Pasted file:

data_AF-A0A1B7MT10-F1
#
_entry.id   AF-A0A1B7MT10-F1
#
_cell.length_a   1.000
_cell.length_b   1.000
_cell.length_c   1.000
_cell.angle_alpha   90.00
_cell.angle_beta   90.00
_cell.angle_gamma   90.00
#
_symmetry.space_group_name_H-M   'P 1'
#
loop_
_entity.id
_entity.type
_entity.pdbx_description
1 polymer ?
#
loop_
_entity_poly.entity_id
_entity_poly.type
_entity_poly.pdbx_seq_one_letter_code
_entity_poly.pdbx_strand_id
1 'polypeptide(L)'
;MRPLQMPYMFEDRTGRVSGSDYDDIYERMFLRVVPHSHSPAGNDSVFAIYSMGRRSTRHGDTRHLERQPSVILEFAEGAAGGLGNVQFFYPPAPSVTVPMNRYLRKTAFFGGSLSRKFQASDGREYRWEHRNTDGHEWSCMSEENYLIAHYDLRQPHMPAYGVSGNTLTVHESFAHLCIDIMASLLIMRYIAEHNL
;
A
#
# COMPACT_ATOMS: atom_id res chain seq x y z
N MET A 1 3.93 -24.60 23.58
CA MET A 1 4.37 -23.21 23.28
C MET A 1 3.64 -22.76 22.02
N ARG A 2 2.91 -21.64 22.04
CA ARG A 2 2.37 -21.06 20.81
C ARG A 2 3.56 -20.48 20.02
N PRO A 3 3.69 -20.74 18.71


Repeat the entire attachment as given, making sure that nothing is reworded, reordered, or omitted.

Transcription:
data_AF-A0A1B7MT10-F1
#
_entry.id   AF-A0A1B7MT10-F1
#
_cell.length_a   1.000
_cell.length_b   1.000
_cell.length_c   1.000
_cell.angle_alpha   90.00
_cell.angle_beta   90.00
_cell.angle_gamma   90.00
#
_symmetry.space_group_name_H-M   'P 1'
#
loop_
_entity.id
_entity.type
_entity.pdbx_description
1 polymer ?
#
loop_
_entity_poly.entity_id
_entity_poly.type
_entity_poly.pdbx_seq_one_letter_code
_entity_poly.pdbx_strand_id
1 'polypeptide(L)'
;MRPLQMPYMFEDRTGRVSGSDYDDIYERMFLRVVPHSHSPAGNDSVFAIYSMGRRSTRHGDTRHLERQPSVILEFAEGAAGGLGNVQFFYPPAPSVTVPMNRYLRKTAFFGGSLSRKFQASDGREYRWEHRNTDGHEWSCMSEENYLIAHYDLRQPHMPAYGVSGNTLTVHESFAHLCIDIMASLLIMRYIAEHNL
;
A
#
# COMPACT_ATOMS: atom_id res chain seq x y z
N MET A 1 3.93 -24.60 23.58
CA MET A 1 4.37 -23.21 23.28
C MET A 1 3.64 -22.76 22.02
N ARG A 2 2.91 -21.64 22.04
CA ARG A 2 2.37 -21.06 20.81
C ARG A 2 3.56 -20.48 20.02
N PRO A 3 3.69 -20.74 18.71